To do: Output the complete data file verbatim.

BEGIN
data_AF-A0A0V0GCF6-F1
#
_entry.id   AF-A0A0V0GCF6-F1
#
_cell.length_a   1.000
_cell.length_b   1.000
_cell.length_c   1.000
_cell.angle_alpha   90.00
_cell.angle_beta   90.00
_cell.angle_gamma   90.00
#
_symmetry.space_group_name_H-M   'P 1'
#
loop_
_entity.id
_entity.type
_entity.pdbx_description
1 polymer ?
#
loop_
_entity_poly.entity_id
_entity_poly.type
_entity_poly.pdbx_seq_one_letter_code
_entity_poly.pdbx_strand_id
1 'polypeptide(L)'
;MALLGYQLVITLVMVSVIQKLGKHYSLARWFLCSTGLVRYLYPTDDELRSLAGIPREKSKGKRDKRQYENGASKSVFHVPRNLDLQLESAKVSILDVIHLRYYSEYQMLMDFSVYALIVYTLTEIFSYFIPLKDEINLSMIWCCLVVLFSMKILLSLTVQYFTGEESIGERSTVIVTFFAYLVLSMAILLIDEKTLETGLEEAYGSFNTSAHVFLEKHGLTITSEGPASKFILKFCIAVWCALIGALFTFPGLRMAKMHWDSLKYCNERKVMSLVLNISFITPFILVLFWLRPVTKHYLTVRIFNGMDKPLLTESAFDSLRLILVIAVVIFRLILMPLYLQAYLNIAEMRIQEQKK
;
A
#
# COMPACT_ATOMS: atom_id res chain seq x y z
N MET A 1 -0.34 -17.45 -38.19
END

data_AF-A0A0V0GCF6-F1
#
_entry.id   AF-A0A0V0GCF6-F1
#
_cell.length_a   1.000
_cell.length_b   1.000
_cell.length_c   1.000
_cell.angle_alpha   90.00
_cell.angle_beta   90.00
_cell.angle_gamma   90.00
#
_symmetry.space_group_name_H-M   'P 1'
#
loop_
_entity.id
_entity.type
_entity.pdbx_description
1 polymer ?
#
loop_
_entity_poly.entity_id
_entity_poly.type
_entity_poly.pdbx_seq_one_letter_code
_entity_poly.pdbx_strand_id
1 'polypeptide(L)'
;MALLGYQLVITLVMVSVIQKLGKHYSLARWFLCSTGLVRYLYPTDDELRSLAGIPREKSKGKRDKRQYENGASKSVFHVPRNLDLQLESAKVSILDVIHLRYYSEYQMLMDFSVYALIVYTLTEIFSYFIPLKDEINLSMIWCCLVVLFSMKILLSLTVQYFTGEESIGERSTVIVTFFAYLVLSMAILLIDEKTLETGLEEAYGSFNTSAHVFLEKHGLTITSEGPASKFILKFCIAVWCALIGALFTFPGLRMAKMHWDSLKYCNERKVMSLVLNISFITPFILVLFWLRPVTKHYLTVRIFNGMDKPLLTESAFDSLRLILVIAVVIFRLILMPLYLQAYLNIAEMRIQEQKK
;
A
#
# COMPACT_ATOMS: atom_id res chain seq x y z
N MET A 1 -0.34 -17.45 -38.19